Homeward Bound November 20, 2005 - February 14, 2006
Italy November 20-30, 2005
Arriving in Italy is always a treat: the language is accessible, the scenery is interesting and a trip to the supermarket always rewards with good quality produce and easy choices. Italy also thrills us with the surprising adherence to its new no-smoking laws in most public places. And we've crisscrossed Italy so many times that its hard to select a route that is entirely new, which gives us some comfort from the familiar.
We arrived by ferry from Greece and our short visit to
Albania at the eastern port of Ancona
and, after searching the hotels on line, decided to head for a hotel we'd
already patronized. We knew that they'd graciously stash our bikes and
we'd already sorted out the confusing neighborhood roads. Sticking with the
familiar allowed us to make a beeline for the hotel, drop off our belongings,
and take in the regional archeology museum that we'd missed on prior visits. The 20-30° F drop in temperatures from what we'd been enjoying in Greece and Albania
came as a shock however, and we struggled to adjust to the biting winter wind.
Our 2005 touring season wasn't originally planned to end in December as we expected to fly to Australia and New Zealand and bike there for several months. And when we decided to fly home in early December, we had anticipated doing some serious riding our last 2 weeks in Italy between Ancona and Florence. So, after our overnight ferry ride to Ancona and an overnight stay in the port city, we were anxious to hit the road for some invigorating cycling. But the season came to an unusually unceremonious end with unseasonably cold weather curtailing our efforts.
It was only our second riding day west out of Ancona that we encountered snow in the hills. As we rode towards our destination, the snow line was only a couple hundred of feet above us. The temperature was hovering just above freezing for the 4:30pm sunset as we looked for a hotel room. By bedtime snow was obscuring the town.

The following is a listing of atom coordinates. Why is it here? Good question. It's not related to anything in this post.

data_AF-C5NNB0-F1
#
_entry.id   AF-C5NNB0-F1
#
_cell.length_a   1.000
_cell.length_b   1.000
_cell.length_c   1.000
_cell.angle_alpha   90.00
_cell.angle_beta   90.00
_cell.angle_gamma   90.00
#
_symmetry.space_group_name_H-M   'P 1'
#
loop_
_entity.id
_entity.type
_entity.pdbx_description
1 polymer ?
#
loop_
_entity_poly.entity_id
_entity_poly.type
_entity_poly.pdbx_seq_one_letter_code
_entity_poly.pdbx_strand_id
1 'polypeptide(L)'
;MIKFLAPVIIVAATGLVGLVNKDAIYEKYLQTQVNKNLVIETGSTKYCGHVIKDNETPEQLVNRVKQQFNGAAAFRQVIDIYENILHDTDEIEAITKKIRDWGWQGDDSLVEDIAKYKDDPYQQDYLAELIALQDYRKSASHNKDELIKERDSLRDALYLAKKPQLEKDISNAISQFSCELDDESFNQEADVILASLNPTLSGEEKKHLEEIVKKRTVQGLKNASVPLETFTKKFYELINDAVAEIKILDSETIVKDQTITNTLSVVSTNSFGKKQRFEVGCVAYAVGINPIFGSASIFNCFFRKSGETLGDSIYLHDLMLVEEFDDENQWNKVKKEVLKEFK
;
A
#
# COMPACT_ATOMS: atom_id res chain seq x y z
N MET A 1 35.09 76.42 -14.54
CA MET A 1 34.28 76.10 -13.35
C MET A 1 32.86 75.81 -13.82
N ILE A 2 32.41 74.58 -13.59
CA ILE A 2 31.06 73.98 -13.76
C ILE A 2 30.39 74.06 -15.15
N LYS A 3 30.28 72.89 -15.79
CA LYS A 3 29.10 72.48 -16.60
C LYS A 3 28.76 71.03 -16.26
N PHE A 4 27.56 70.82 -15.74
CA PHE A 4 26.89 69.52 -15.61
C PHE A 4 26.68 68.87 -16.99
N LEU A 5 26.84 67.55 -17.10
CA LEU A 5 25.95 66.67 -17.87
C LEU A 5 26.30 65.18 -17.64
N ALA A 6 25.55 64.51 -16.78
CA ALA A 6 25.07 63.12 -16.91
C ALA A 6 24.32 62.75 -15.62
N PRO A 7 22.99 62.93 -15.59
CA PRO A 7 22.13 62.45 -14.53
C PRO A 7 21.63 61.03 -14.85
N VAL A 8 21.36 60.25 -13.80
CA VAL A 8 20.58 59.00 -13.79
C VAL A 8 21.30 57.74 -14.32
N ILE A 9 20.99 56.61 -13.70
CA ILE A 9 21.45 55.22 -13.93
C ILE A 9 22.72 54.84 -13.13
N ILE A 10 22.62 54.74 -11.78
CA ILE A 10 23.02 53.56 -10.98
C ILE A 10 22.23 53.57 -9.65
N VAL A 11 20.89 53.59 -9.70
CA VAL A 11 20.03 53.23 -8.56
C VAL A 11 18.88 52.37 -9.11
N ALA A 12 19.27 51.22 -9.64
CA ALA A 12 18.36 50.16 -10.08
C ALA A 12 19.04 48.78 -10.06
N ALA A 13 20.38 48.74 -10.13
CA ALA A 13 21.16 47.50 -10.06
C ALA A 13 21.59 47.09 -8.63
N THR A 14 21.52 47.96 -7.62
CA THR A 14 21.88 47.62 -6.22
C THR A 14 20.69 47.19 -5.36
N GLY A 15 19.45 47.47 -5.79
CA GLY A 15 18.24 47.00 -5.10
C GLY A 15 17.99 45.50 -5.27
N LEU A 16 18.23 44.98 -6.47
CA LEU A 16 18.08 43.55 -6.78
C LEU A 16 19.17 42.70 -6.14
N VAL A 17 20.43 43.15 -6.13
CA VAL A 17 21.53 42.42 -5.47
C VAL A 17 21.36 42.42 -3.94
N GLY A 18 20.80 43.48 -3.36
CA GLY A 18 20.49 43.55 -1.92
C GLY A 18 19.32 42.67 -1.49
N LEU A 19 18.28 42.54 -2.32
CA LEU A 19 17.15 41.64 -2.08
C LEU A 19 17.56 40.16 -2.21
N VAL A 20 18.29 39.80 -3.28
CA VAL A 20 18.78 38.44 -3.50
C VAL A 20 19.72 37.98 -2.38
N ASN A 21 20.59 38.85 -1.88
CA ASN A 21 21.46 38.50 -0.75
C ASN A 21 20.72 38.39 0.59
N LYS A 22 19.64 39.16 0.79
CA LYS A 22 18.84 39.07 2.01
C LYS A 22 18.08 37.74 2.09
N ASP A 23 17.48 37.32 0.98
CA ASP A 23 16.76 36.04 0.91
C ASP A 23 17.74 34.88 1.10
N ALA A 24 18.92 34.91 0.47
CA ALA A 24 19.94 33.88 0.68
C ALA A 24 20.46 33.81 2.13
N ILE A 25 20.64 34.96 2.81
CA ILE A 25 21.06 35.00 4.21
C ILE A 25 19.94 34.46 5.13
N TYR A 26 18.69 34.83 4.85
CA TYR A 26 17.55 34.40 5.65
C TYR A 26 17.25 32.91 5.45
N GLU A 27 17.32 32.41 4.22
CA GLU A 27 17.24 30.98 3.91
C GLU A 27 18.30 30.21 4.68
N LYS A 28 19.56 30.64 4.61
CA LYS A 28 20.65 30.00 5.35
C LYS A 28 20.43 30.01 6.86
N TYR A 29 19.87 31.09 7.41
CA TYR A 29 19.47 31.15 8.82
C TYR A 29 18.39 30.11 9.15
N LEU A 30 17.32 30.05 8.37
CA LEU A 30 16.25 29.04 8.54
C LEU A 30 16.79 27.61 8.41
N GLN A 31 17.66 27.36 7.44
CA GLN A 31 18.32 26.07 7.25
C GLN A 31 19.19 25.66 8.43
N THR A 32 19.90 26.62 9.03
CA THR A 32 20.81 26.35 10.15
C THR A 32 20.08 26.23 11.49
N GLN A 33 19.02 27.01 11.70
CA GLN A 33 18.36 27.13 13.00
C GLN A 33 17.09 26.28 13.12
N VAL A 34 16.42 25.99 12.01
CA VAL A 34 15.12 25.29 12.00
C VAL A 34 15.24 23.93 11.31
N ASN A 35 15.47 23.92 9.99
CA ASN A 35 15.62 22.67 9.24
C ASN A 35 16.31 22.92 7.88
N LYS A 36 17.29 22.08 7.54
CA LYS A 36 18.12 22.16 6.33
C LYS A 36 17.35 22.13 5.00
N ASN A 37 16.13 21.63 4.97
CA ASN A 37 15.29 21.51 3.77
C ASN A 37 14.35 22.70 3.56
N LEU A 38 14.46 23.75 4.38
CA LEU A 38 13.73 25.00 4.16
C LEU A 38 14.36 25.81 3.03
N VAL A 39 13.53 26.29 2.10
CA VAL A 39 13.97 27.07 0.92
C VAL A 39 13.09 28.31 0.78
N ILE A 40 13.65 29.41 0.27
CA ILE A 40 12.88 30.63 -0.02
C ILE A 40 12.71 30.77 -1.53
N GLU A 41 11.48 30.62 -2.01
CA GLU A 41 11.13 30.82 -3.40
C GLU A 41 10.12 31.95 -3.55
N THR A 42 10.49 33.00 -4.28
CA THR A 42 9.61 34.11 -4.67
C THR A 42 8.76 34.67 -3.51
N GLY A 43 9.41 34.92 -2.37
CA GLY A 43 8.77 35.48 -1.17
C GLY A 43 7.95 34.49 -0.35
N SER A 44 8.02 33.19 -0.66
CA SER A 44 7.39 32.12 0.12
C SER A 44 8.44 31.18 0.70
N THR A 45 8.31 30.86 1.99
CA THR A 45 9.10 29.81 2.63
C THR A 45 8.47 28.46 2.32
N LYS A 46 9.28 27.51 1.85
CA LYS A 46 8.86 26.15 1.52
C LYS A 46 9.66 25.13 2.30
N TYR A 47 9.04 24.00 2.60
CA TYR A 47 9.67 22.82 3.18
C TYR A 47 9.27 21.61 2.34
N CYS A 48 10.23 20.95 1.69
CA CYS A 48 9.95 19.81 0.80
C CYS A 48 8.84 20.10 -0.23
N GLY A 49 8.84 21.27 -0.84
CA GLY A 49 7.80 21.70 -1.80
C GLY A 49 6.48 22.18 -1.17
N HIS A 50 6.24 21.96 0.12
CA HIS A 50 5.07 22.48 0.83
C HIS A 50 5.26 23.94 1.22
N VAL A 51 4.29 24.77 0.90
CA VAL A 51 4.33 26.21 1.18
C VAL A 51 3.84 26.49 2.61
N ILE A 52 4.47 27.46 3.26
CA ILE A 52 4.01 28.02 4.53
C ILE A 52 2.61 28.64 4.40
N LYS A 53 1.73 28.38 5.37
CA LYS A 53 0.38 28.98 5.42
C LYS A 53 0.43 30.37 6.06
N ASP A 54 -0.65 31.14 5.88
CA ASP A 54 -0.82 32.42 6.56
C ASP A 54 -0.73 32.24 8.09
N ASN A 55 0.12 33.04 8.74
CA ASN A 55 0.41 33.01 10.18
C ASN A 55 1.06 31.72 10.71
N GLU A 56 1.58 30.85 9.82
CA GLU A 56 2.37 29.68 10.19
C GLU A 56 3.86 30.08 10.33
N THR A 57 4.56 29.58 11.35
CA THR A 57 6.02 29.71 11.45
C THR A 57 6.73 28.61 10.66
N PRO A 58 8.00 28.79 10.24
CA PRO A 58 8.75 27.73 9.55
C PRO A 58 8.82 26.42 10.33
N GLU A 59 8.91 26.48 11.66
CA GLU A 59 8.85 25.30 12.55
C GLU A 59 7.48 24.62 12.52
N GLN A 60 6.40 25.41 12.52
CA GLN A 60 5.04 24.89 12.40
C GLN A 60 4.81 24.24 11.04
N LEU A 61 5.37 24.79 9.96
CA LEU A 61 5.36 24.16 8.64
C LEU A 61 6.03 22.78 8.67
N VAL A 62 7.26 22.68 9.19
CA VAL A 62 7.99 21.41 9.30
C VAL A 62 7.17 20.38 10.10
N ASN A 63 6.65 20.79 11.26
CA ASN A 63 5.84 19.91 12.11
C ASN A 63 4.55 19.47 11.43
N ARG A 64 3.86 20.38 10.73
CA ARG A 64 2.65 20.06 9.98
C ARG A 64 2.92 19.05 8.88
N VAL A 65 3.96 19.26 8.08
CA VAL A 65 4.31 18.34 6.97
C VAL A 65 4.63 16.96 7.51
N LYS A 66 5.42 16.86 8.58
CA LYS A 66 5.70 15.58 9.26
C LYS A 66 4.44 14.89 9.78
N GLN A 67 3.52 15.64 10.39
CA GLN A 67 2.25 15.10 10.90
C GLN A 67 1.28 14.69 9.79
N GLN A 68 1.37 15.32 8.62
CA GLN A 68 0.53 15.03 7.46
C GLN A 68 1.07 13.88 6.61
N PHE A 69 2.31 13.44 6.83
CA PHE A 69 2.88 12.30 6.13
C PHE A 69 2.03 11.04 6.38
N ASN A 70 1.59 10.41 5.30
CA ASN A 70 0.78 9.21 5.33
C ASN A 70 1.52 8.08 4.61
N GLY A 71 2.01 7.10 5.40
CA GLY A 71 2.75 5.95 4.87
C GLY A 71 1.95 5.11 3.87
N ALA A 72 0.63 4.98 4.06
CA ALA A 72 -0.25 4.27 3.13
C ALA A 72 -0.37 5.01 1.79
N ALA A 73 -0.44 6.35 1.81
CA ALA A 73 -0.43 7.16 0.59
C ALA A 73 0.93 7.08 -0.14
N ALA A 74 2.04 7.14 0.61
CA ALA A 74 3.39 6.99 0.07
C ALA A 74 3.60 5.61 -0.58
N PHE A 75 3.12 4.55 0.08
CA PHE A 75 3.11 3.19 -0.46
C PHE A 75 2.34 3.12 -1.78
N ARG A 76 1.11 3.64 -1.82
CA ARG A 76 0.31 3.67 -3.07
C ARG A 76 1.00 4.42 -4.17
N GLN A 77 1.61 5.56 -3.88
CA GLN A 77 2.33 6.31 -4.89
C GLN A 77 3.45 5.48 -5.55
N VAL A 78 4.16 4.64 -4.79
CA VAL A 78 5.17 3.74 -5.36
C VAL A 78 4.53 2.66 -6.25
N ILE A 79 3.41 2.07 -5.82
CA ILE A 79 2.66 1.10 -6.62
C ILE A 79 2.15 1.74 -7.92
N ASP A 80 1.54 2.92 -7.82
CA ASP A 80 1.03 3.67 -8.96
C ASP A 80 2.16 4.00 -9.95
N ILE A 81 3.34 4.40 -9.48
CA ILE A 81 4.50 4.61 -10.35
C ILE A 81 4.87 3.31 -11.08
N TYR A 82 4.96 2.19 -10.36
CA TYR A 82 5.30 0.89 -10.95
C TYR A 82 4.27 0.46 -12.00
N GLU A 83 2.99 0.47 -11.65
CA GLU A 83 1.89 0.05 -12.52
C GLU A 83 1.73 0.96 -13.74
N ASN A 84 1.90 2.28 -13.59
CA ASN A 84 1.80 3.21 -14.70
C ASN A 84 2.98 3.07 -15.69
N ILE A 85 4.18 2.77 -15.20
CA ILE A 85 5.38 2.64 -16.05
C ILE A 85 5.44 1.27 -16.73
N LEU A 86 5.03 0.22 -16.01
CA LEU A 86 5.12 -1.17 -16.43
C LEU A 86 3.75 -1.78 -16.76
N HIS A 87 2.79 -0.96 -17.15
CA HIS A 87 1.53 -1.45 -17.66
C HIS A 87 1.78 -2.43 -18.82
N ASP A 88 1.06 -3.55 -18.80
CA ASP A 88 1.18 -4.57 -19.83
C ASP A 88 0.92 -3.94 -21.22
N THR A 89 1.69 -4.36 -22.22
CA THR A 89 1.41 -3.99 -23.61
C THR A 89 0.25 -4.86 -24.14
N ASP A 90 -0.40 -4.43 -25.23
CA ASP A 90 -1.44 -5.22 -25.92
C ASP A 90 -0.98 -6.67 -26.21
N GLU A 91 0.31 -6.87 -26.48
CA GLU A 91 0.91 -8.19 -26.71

We were only at about 1000' above sea level and the next
day's ride that required crossing a relatively low pass no longer looked wise. At $91 the available hotel room was
expensive but with less than 3 hours of heat in the afternoon-evening period,
the price became outrageous. Despite the snow, there was nothing that invited us
to spend a second night: too little heat, no chance to catch up on the TV news, and no WiFi connection for our laptop.
We'd take the morning train to Perugia where we had expected to ride to over the
next 2 days--perhaps there we would escape the snow and find a little more warmth indoors
We were thrilled with the train ride to Perugia as the snow got deeper as we left our overnight stop at Fabriano, validating our decision to take the train. And by the time we got into the next valley and Perugia, the snow was but a memory. We were delighted to be greeted by the promised warmer weather. Our less expensive and more comfortable hotel in the heart of the old town made a good base for sightseeing on foot in charming Perugia and for taking a bus ride to the nearby ancient city of Assisi.
But the weather again slipped way from us in Perugia and we chickened out by taking the train when we departed. It was only to be a short hop and then we would bike the rest of the way to Florence. The last few months had felt more like 'traveling with bikes' instead of 'traveling by bike' and we were still looking forward to some time in the saddle. But as we looked out the train window at the flooded roads and rising water, we decided to pay the surcharge for changing our tickets once on board and continued on to Florence. It was the right decision, but that was the sudden end of our riding season.
Previously we've always treated ourselves to a serene last
day or 2 of riding where we turned our attention to deeply taking in the experience of the
countryside and savoring the sensations in our bodies. We would reminisce, reflect, and
say our goodbyes to this most recent phase of our cycling adventure and of our
lives. But not this year--we loaded the bikes on to trains twice fully expecting
to do some lovely countryside riding and instead we merely used the bikes to shuttle between the
train stations and hotels.
But it was cold, wet, and windy and the metal frame of my bike seat had just snapped making it barely usable, so it was compelling to not pedal. But being wise isn't always satisfying and we lamented the loss of the formal goodbyes we usually bid at the end of a riding season